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Allergenicity of Fermented Foods: Emphasis on Seeds Protein-Based Products

INRAE UR1268 BIA, 3 impasse Y. Cauchois—Rue de la Géraudière CS 71627, 44000 Nantes, France
Food Research Center, Department of Food and Experimental Nutrition, Faculty of Pharmaceutical Sciences, University of Sao Paulo, Sao Paulo 05508-080, Brazil
Author to whom correspondence should be addressed.
Foods 2020, 9(6), 792;
Received: 20 May 2020 / Revised: 10 June 2020 / Accepted: 13 June 2020 / Published: 16 June 2020
(This article belongs to the Special Issue Advanced Research of Lactic Acid Bacteria in Food Field)
Food allergy is an IgE-mediated abnormal response to otherwise harmless food proteins, affecting between 5% and 10% of the world preschool children population and 1% to 5% adults. Several physical, chemical, and biotechnological approaches have been used to reduce the allergenicity of food allergens. Fermentation processes that contribute to technological and desirable changes in taste, flavor, digestibility, and texture of food products constitute one of these approaches. Lactic acid bacteria (LAB), used as starter cultures in dairy products, are a subject of increasing interest in fermentation of plant proteins. However, the studies designed to assess the impact of LAB on reduction of allergenicity of seed proteins are at an early stage. This review presents the current knowledge on food fermentation, with a focus on seed proteins that are increasingly used as ingredients, and its impacts on food potential allergenicity. View Full-Text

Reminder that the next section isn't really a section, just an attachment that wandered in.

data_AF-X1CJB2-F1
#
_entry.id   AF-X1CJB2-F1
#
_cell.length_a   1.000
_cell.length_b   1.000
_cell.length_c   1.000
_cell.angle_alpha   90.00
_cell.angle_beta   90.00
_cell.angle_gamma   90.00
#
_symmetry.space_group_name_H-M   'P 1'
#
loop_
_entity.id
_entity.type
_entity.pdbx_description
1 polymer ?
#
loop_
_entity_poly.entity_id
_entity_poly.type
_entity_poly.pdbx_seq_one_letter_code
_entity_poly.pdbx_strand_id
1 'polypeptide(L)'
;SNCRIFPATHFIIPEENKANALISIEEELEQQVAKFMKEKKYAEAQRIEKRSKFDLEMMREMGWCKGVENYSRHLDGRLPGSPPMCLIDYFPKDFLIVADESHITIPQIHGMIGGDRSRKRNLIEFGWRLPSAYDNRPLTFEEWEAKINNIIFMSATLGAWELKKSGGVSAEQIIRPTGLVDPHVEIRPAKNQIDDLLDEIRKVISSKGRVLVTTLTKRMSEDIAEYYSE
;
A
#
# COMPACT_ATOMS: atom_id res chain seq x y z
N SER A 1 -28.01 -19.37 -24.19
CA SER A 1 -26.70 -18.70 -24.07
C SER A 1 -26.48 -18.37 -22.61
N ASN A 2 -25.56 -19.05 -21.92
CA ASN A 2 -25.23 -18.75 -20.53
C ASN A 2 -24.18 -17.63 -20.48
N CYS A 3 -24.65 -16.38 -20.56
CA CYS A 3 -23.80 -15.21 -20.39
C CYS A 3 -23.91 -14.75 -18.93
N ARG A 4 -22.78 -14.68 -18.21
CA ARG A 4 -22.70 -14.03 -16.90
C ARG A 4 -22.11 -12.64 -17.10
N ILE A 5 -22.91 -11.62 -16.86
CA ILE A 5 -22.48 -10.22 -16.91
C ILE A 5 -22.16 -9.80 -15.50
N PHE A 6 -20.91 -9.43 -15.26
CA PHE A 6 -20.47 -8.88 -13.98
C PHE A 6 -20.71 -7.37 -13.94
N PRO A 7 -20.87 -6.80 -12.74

Keywords: food allergens; seed proteins; fermentation; lactic acid bacteria; food allergy food allergens; seed proteins; fermentation; lactic acid bacteria; food allergy
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El Mecherfi, K.-E.; Todorov, S.D.; Cavalcanti de Albuquerque, M.A.; Denery-Papini, S.; Lupi, R.; Haertlé, T.; Dora Gombossy de Melo Franco, B.; Larré, C. Allergenicity of Fermented Foods: Emphasis on Seeds Protein-Based Products. Foods 2020, 9, 792.

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